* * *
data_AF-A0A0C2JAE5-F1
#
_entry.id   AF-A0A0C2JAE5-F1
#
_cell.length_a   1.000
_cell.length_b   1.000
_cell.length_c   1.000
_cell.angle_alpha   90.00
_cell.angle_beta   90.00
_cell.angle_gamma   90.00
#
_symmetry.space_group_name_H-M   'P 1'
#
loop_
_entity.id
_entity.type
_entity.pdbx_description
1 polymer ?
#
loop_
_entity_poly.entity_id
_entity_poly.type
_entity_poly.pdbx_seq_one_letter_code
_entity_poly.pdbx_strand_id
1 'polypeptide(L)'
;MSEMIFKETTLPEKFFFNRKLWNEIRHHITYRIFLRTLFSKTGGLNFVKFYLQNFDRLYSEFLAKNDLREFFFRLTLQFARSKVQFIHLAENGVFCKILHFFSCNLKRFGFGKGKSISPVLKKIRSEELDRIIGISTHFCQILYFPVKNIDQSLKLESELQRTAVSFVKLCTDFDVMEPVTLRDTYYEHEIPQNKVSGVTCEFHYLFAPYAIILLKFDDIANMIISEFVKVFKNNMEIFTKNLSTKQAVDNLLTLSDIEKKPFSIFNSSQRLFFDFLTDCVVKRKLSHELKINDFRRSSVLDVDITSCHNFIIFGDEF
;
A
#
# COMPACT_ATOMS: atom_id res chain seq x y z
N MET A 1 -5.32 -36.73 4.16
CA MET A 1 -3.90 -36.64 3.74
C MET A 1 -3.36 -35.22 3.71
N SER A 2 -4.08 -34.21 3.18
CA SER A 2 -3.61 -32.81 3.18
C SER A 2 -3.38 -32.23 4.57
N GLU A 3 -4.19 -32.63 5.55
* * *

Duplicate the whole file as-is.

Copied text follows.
data_AF-A0A0C2JAE5-F1
#
_entry.id   AF-A0A0C2JAE5-F1
#
_cell.length_a   1.000
_cell.length_b   1.000
_cell.length_c   1.000
_cell.angle_alpha   90.00
_cell.angle_beta   90.00
_cell.angle_gamma   90.00
#
_symmetry.space_group_name_H-M   'P 1'
#
loop_
_entity.id
_entity.type
_entity.pdbx_description
1 polymer ?
#
loop_
_entity_poly.entity_id
_entity_poly.type
_entity_poly.pdbx_seq_one_letter_code
_entity_poly.pdbx_strand_id
1 'polypeptide(L)'
;MSEMIFKETTLPEKFFFNRKLWNEIRHHITYRIFLRTLFSKTGGLNFVKFYLQNFDRLYSEFLAKNDLREFFFRLTLQFARSKVQFIHLAENGVFCKILHFFSCNLKRFGFGKGKSISPVLKKIRSEELDRIIGISTHFCQILYFPVKNIDQSLKLESELQRTAVSFVKLCTDFDVMEPVTLRDTYYEHEIPQNKVSGVTCEFHYLFAPYAIILLKFDDIANMIISEFVKVFKNNMEIFTKNLSTKQAVDNLLTLSDIEKKPFSIFNSSQRLFFDFLTDCVVKRKLSHELKINDFRRSSVLDVDITSCHNFIIFGDEF
;
A
#
# COMPACT_ATOMS: atom_id res chain seq x y z
N MET A 1 -5.32 -36.73 4.16
CA MET A 1 -3.90 -36.64 3.74
C MET A 1 -3.36 -35.22 3.71
N SER A 2 -4.08 -34.21 3.18
CA SER A 2 -3.61 -32.81 3.18
C SER A 2 -3.38 -32.23 4.57
N GLU A 3 -4.19 -32.63 5.55